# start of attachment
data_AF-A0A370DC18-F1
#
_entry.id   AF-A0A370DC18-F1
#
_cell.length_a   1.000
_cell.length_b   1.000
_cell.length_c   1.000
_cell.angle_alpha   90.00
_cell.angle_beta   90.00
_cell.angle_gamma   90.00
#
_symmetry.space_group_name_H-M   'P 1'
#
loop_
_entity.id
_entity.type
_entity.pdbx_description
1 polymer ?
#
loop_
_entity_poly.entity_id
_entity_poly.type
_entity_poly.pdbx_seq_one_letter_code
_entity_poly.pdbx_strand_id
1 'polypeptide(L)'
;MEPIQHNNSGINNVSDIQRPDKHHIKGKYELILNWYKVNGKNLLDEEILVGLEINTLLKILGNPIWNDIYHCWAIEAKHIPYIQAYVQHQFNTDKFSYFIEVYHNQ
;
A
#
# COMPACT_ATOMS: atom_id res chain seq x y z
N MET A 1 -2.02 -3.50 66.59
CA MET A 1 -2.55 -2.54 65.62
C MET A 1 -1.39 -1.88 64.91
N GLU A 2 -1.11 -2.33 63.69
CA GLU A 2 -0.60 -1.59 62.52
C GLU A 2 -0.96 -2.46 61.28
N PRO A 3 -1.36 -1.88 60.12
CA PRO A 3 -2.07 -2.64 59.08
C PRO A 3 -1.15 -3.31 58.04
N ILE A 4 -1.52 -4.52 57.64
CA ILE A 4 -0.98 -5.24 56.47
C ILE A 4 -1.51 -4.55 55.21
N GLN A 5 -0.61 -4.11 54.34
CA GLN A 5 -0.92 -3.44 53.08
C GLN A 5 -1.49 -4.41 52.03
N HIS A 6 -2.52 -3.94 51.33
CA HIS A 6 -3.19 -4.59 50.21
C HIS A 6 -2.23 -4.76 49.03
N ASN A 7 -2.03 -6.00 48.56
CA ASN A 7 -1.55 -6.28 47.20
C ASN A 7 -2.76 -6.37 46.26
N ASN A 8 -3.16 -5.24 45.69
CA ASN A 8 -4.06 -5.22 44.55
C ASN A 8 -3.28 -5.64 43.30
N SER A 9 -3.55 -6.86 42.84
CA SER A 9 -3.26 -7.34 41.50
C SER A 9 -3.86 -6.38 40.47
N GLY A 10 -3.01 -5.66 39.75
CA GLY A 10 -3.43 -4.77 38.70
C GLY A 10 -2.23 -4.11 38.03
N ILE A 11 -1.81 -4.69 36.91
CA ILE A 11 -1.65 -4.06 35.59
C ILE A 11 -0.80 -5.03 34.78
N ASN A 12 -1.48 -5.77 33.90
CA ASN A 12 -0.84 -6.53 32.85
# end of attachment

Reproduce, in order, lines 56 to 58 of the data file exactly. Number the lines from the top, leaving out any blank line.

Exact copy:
CA SER A 9 -3.26 -7.34 41.50
C SER A 9 -3.86 -6.38 40.47
N GLY A 10 -3.01 -5.66 39.75